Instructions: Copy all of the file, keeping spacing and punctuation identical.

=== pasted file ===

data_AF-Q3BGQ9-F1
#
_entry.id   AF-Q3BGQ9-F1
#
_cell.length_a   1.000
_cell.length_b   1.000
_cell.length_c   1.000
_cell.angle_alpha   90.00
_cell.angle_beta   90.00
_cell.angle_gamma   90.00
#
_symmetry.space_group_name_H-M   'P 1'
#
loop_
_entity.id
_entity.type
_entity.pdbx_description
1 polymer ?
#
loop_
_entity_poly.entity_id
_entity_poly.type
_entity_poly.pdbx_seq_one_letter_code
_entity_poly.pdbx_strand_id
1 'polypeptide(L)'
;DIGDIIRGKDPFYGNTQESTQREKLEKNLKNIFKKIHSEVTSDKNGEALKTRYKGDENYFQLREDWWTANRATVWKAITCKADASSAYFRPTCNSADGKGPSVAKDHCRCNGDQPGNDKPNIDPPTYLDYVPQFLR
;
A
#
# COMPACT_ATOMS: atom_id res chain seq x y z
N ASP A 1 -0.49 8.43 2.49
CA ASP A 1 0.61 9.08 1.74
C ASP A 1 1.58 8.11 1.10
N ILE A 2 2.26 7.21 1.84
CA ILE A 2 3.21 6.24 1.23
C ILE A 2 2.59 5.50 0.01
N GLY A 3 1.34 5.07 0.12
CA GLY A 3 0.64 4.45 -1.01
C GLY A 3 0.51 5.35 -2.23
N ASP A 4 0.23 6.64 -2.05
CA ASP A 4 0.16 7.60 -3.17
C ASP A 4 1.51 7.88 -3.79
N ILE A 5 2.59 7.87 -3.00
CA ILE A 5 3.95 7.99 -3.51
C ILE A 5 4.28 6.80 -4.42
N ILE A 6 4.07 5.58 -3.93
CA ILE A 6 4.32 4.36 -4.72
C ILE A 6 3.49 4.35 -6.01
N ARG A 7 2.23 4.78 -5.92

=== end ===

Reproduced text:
data_AF-Q3BGQ9-F1
#
_entry.id   AF-Q3BGQ9-F1
#
_cell.length_a   1.000
_cell.length_b   1.000
_cell.length_c   1.000
_cell.angle_alpha   90.00
_cell.angle_beta   90.00
_cell.angle_gamma   90.00
#
_symmetry.space_group_name_H-M   'P 1'
#
loop_
_entity.id
_entity.type
_entity.pdbx_description
1 polymer ?
#
loop_
_entity_poly.entity_id
_entity_poly.type
_entity_poly.pdbx_seq_one_letter_code
_entity_poly.pdbx_strand_id
1 'polypeptide(L)'
;DIGDIIRGKDPFYGNTQESTQREKLEKNLKNIFKKIHSEVTSDKNGEALKTRYKGDENYFQLREDWWTANRATVWKAITCKADASSAYFRPTCNSADGKGPSVAKDHCRCNGDQPGNDKPNIDPPTYLDYVPQFLR
;
A
#
# COMPACT_ATOMS: atom_id res chain seq x y z
N ASP A 1 -0.49 8.43 2.49
CA ASP A 1 0.61 9.08 1.74
C ASP A 1 1.58 8.11 1.10
N ILE A 2 2.26 7.21 1.84
CA ILE A 2 3.21 6.24 1.23
C ILE A 2 2.59 5.50 0.01
N GLY A 3 1.34 5.07 0.12
CA GLY A 3 0.64 4.45 -1.01
C GLY A 3 0.51 5.35 -2.23
N ASP A 4 0.23 6.64 -2.05
CA ASP A 4 0.16 7.60 -3.17
C ASP A 4 1.51 7.88 -3.79
N ILE A 5 2.59 7.87 -3.00
CA ILE A 5 3.95 7.99 -3.51
C ILE A 5 4.28 6.80 -4.42
N ILE A 6 4.07 5.58 -3.93
CA ILE A 6 4.32 4.36 -4.72
C ILE A 6 3.49 4.35 -6.01
N ARG A 7 2.23 4.78 -5.92